If you’re anything like me, by the time you’ve really started to get to know a pair of running shoes, they’re probably getting pretty funky. Hours and hours of sweat have poured into them, sinking into pretty much every inch of fabric. So you need to know how to wash running shoes.
And if you’re really like me, you’re concerned about the wonky footstink you’re putting off mile after mile, but you’re even more concerned about ruining your precious, expensive playthings by throwing them in the washing machine. As much as I hate funky, wonky footstink, I hate the idea of ruining my running shoes even more.
The good news is, though, that running shoes are made to be durable and put up with some punishment. Even the kind that comes from the washing machine (just not the dryer!).
How to wash tennis shoes: the fork in the road
From what I understand, there are two solid ways of how to wash running shoes (outside of just washing the grime off the outside with a washcloth, which doesn’t really help with the smell, just the appearance.)
Method 1: the laundry
So if you really wanna wash tennis shoes, the first and most obvious way is to throw the suckers in the washing machine. That’s what I do when my footboxes get stanknasty. I know what you’re thinking: “My precious running footboxes! They’ll be ruined!”
No, they won’t. Really.
It’s actually pretty hard to hurt your shoes in the washing machine. (The dryer on the other hand…that’s a big no-no.)
Anyway, remove any inserts and throw them in with some Woolite (or other non-abrasive cleaner), use cold water, and do a single cycle on your machine’s gentle setting. Some people remove the laces, but I don’t.
If you really want to ensure your shoes’ safety, throw in a towel or a couple of small hand-towels/washcloths to absorb some of the shock of being in the washing machine.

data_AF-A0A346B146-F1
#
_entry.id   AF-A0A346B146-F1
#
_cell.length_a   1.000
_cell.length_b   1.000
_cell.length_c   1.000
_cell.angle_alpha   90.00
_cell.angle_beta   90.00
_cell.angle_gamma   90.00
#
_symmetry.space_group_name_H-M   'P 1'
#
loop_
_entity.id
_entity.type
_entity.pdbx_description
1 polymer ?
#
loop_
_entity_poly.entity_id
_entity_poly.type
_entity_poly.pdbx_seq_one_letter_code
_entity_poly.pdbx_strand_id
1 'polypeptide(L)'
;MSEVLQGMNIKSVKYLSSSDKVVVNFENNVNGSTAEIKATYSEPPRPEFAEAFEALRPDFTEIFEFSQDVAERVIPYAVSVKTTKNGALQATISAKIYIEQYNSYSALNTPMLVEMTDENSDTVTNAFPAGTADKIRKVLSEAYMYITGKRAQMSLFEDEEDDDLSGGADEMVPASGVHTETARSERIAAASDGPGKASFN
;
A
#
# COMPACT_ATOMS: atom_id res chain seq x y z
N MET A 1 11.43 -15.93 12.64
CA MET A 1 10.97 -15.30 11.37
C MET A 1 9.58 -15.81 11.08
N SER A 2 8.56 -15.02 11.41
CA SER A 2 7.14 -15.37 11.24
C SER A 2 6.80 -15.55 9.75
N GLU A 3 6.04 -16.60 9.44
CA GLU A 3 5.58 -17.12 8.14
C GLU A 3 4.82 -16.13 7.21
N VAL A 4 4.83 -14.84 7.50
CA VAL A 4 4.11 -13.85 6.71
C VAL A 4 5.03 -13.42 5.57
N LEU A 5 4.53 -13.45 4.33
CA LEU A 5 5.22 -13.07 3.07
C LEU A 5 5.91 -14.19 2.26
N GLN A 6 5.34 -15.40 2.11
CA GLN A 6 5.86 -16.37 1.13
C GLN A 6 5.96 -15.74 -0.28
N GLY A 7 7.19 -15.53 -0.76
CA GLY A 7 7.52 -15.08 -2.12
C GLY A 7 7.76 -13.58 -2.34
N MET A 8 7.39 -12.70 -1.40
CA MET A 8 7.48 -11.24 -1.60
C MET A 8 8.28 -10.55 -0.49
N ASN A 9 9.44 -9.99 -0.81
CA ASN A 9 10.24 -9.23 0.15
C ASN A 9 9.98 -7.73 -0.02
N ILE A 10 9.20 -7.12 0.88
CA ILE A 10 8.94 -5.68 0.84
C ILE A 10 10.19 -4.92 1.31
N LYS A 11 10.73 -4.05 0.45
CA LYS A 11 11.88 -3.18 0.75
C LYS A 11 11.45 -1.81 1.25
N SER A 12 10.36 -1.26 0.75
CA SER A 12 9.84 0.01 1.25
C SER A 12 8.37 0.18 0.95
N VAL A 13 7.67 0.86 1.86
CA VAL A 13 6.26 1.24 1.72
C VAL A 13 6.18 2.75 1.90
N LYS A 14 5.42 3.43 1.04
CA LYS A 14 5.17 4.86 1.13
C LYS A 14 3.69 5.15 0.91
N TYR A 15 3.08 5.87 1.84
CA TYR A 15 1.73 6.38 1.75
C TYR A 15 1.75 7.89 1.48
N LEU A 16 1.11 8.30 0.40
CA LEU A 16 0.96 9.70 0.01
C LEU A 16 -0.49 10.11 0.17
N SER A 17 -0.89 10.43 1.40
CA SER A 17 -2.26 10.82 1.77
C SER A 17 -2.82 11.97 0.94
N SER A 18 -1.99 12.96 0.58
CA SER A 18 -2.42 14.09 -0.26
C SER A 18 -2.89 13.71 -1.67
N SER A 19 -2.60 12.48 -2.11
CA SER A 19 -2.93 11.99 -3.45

When the gentle cycle has finished, let your little darlings air dry. This is very important, when you wash tennis shoes, make sure you absolutely do not put them in the dryer or apply any kind of heat. That is one of the only ways I know of to straight-up ruin them. Heat can deform the shoe’s upper, and it won’t even look the same (much less fit right).
Method 2: the kitchen
The second method to wash tennis shoes is pretty similar: take out the insole and throw them on the top rack of your dishwasher. I’d suggest taking the laces out of them this time because of all the extra moving parts. Set the dishwasher on a short cycle and just let it run.
I caution you on this method because of the harshness of dish soap and the heat. Those two reasons are why I haven’t personally used this way to wash my running shoes, but I read a lot about people who swear by it. You may love it, and it may rock all the stank from your feet right down the drain.
Dry dry dry, my darling…
Regardless of which way you wash running shoes, you’ll want to let them passively dry. You do not want to throw them in the dryer. Never. They can get totally borked in the spinny canister of hotness.
If you want to, you can place them near a vent or a fan. But I wouldn’t suggest putting them directly on a heating vent. Because, you know…heat. I just put mine on a shelf for a few days and let them sit.
If you’re worried about your shoes losing their shape, take some old newspaper (because it’s incredibly porous and absorbs a lot more than other kinds of paper), ball it up, and stuff the inside of your shoe full of it. It’ll draw out some water and not let your precious, expensive running shoes lose their shape.
For me, the newspaper is optional. I’ve done it a couple times, and this last time I didn’t. I wear pretty stiff and rigid shoes, though (Asics Nimbus), so if I were in something like the Saucony Kinvaras or a Nike Flyknit, I’d probably opt for the newspaper option.
Regardless, that’s all there is to washing your running shoes. For some reason, we all tend to be a little scared of it, but it’s pretty simple and easy to deal with. Nothing to be scared of at all.
Good luck with your stinky feet, folks!